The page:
When Fear of Public Speaking is an Anxiety Disorder

While patient E was approaching a 7 figure salary at age 42 as a financial portfolio manager, he avoided any scenario which required a monologue in front of a group. He had a very active relationship with alcohol as his primary means of “repressing” his social and performance anxiety.

Patient P was the head accountant at a large firm who popped a Xanax at the first sign of any visceral discomfort. This occurred in any scenario where he felt judged, especially in front of any size group. He was frequently up to 5-6 pills per day and often added the stimulant Provigal to bring him up from the sedative effect of the Xanax. Up and down, up and down everyday, at work, for 15 years. He was in denial that he was a “high functioning addict” as his rationale was that he didn’t take these specific pills when he was not at work; only his Celexa.

Patient M, a rising star in international banking at age 32, often missed conference calls and important weekly management meting due to his public speaking anxiety, the root cause of which was his historical challenge with stuttering. While he did not stutter in real time, he engineered an elaborate defensive strategy where he backed away from any words or syllables that could possibly activate a stutter. This occurred in his personal life also; when ordering at a restaurant, while socializing.

Patient J, age 33, was an environmental researcher. She avoided any scenario where her facial hyper-hidrosis (blushing) could be activated. The anxiety of speaking in public, to any size group, was a major trigger for her social anxiety driven blushing. Due to her phobic avoidance she was not able to evolve into a management position.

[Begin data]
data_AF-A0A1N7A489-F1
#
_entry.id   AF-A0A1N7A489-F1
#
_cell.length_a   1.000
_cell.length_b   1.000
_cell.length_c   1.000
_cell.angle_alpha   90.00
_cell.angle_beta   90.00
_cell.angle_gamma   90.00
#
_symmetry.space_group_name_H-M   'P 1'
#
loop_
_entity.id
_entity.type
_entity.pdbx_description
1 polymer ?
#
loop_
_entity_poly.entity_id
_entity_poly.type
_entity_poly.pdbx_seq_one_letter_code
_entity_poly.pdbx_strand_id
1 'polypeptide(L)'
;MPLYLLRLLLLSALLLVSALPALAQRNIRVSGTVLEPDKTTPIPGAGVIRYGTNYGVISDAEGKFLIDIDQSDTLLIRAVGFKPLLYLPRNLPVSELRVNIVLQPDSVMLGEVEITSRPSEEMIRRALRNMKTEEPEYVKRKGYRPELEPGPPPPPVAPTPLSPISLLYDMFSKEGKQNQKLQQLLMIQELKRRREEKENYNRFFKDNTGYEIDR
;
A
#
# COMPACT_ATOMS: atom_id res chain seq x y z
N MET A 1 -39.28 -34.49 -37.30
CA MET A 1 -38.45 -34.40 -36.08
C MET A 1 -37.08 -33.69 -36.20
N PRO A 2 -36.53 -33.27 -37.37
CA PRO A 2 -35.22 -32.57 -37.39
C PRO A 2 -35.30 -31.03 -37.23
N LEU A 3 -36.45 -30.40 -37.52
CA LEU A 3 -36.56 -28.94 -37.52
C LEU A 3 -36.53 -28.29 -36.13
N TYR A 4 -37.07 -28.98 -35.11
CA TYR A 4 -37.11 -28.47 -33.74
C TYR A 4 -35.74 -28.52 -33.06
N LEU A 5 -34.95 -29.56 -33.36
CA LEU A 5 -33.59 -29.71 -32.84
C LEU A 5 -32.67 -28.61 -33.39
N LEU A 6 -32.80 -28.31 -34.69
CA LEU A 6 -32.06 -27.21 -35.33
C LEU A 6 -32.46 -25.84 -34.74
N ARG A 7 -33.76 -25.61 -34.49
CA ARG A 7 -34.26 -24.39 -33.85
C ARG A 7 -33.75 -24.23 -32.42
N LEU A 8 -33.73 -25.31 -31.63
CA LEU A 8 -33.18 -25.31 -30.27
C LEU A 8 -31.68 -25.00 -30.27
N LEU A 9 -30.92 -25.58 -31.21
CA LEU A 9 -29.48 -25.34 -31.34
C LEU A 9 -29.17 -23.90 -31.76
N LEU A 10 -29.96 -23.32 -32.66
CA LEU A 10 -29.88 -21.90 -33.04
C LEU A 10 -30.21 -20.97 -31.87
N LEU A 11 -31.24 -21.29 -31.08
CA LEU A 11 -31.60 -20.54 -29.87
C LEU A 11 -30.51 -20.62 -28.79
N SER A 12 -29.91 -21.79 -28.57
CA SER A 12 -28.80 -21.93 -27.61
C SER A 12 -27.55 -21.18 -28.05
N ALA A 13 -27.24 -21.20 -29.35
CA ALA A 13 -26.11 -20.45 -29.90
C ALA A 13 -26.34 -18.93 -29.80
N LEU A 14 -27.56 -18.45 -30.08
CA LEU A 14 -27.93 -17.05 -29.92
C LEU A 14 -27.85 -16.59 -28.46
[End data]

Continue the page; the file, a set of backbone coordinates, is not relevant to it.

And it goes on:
Patient R, age 40, was a human resources consultant, who never said a word in her weekly staff meeting, where 20 of her associates sat around a table discussing issues of the week. She would say in therapy “I never have anything to say”, or I don’t know what to say”. While this is obviously public speaking anxiety, the specific dynamic of self-censoring is more specifically an example of adult selective mutism. It was the self-censoring which drove the public speaking anxiety.

I’m sure that most of you who are reading this have heard the joke that many people would rather die than speak in public. I have countless stories which reinforce this. This includes individuals who consider changing careers, or who contemplate getting into a car accident (on the way to work) to avoid scenarios that activate their public speaking anxiety.

Speaking in Public Anxiety vs. Public Speaking Anxiety

While public speaking anxiety, which is a specific example of social anxiety, is the world’s number one phobia, a broader understanding of this phenomenon can be achieved with the realization that:
Texting is the Most Common Form of Communication